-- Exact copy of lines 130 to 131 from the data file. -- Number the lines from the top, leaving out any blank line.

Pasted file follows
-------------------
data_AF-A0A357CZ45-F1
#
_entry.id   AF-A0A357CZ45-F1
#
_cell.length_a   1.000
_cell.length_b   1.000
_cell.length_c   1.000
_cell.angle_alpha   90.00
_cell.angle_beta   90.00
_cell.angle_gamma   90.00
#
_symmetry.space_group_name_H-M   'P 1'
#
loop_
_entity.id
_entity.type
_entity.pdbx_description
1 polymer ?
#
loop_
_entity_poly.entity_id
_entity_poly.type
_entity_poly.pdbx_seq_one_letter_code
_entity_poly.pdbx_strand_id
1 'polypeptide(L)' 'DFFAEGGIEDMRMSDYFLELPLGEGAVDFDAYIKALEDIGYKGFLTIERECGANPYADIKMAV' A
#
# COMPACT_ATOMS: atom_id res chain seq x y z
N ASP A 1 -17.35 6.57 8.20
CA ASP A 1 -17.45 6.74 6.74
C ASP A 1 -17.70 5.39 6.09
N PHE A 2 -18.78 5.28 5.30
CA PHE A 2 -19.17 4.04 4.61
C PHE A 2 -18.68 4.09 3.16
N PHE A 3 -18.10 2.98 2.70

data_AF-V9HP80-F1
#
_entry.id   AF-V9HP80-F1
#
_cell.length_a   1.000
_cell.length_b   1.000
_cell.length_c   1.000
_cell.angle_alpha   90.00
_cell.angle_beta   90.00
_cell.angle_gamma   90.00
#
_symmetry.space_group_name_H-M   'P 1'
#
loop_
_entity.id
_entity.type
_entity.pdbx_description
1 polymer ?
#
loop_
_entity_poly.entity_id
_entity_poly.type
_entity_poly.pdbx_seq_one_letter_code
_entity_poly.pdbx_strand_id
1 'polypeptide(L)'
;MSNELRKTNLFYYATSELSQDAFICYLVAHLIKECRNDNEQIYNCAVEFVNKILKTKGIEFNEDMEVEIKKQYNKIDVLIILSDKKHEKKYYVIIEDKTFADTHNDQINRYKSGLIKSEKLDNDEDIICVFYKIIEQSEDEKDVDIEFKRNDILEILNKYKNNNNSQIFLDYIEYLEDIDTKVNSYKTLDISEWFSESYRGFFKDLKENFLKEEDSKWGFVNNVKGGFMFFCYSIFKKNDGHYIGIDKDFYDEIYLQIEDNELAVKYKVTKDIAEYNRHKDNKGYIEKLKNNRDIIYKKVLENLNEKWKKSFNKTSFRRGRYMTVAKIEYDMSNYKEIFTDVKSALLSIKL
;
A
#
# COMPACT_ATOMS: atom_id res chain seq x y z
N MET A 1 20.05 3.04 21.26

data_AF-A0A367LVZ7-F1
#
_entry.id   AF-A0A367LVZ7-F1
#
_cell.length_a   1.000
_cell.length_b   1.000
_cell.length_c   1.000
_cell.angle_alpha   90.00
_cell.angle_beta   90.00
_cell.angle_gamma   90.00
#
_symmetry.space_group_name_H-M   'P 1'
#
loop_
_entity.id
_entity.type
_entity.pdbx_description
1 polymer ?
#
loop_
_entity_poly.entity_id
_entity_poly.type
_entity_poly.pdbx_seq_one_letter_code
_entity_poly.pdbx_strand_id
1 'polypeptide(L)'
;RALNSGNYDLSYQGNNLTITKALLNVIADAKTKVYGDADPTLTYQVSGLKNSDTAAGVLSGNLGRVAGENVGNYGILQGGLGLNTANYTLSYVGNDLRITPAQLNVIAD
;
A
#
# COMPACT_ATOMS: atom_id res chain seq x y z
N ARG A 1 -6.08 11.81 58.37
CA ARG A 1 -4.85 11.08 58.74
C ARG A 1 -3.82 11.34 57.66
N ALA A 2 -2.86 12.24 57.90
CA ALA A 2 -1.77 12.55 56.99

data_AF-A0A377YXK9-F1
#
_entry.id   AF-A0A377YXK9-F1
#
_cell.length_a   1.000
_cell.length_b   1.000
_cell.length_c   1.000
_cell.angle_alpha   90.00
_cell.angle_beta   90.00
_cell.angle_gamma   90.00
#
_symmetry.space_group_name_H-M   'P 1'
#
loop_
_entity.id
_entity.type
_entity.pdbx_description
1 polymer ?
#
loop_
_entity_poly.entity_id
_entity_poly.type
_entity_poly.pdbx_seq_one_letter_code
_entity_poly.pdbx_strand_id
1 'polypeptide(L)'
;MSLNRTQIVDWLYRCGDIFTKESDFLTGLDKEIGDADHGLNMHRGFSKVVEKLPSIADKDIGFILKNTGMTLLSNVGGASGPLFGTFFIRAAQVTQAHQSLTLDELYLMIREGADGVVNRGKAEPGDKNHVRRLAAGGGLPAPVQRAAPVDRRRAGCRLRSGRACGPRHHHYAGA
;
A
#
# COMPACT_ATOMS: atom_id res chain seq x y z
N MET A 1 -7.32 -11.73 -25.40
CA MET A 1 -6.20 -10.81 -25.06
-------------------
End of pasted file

# COMPACT_ATOMS: atom_id res chain seq x y z
N MET A 1 -7.32 -11.73 -25.40